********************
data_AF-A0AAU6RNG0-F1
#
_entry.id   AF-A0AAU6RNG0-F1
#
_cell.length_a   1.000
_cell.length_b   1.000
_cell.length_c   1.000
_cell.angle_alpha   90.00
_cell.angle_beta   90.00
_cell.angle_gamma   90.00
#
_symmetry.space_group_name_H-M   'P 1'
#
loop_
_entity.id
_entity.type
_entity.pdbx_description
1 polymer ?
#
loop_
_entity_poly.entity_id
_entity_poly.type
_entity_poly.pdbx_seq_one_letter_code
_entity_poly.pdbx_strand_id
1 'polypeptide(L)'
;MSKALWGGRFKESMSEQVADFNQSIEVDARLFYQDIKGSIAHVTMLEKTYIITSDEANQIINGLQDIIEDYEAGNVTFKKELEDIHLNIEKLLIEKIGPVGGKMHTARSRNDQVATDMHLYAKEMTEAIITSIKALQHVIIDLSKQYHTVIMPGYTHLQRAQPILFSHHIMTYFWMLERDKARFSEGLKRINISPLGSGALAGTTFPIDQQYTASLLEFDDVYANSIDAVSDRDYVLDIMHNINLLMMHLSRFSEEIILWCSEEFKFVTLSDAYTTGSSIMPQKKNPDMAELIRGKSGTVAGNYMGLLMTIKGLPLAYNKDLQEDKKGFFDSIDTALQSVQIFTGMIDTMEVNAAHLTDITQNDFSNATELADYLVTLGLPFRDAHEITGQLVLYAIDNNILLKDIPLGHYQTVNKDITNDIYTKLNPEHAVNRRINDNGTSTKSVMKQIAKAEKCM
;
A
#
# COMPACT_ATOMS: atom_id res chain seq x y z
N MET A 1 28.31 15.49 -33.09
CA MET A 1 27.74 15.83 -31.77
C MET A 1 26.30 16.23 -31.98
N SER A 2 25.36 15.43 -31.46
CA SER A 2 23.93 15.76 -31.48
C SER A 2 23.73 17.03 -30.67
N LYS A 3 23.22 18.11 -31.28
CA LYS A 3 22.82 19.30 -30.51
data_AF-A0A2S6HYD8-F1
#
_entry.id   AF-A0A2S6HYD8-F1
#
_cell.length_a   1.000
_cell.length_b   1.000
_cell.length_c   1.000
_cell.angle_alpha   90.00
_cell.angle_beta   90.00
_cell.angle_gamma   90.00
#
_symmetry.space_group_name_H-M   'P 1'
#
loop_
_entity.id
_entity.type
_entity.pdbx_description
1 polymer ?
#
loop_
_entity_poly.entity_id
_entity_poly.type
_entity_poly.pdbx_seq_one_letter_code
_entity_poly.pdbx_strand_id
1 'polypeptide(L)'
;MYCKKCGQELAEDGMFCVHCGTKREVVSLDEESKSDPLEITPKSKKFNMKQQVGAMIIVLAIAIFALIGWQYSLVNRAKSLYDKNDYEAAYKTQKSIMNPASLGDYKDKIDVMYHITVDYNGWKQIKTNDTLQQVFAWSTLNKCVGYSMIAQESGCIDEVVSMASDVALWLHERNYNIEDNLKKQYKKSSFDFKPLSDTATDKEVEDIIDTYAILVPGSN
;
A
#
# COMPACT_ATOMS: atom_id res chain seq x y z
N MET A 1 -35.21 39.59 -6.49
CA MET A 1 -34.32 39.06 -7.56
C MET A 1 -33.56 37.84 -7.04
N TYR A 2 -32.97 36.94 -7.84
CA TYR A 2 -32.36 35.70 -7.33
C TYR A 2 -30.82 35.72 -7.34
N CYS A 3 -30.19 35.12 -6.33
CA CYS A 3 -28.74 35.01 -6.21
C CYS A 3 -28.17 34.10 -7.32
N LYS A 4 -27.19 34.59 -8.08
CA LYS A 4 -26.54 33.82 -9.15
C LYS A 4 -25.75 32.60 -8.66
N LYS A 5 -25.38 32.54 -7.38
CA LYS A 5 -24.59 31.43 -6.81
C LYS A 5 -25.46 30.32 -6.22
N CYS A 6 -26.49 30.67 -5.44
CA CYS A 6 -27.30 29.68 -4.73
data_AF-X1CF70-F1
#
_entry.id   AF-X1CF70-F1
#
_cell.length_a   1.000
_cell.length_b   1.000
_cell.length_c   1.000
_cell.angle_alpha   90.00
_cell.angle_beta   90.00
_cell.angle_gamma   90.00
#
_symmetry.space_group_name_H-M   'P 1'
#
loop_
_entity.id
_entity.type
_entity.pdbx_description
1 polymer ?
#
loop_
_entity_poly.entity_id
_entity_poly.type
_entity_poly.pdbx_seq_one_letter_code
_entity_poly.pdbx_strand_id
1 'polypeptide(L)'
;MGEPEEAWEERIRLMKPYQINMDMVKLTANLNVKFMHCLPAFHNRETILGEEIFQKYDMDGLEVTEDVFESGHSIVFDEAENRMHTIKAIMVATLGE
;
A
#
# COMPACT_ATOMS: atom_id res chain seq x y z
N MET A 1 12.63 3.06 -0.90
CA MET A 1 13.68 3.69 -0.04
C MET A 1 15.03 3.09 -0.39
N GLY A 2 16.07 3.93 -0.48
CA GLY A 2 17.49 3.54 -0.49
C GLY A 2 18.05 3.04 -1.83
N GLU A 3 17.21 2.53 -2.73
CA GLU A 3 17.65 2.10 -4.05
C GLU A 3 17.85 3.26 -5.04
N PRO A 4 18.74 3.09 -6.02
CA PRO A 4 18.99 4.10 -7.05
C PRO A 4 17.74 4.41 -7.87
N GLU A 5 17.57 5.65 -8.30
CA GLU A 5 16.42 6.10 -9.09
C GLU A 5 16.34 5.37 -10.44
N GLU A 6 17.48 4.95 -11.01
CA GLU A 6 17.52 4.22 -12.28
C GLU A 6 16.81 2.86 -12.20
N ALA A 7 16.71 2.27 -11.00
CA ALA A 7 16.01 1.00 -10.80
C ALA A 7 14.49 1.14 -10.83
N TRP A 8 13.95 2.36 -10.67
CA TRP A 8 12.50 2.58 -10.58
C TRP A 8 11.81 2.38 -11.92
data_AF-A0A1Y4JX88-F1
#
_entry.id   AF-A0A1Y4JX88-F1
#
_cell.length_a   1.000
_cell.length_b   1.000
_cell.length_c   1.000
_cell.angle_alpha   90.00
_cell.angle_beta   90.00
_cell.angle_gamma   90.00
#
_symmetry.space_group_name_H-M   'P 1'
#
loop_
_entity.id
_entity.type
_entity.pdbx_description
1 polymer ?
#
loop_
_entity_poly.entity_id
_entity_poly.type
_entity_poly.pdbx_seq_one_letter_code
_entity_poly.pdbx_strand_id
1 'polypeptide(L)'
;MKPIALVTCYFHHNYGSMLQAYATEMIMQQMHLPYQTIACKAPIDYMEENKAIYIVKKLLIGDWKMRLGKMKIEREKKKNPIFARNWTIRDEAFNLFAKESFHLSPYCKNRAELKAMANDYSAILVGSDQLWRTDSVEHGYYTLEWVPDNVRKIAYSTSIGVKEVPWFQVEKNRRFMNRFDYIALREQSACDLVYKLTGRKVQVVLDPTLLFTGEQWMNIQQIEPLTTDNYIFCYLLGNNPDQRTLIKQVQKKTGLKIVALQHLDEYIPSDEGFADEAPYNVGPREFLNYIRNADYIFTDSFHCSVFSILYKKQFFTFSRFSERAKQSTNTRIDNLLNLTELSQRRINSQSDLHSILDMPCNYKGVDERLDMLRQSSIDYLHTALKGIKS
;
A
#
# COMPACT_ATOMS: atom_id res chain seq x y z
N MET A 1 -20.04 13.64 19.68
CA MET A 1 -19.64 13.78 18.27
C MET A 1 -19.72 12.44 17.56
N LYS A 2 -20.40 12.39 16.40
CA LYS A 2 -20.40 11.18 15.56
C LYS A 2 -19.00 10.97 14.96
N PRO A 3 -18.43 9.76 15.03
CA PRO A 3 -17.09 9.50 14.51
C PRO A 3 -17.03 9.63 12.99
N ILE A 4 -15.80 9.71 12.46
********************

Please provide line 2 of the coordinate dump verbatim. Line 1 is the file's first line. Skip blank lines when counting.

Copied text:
#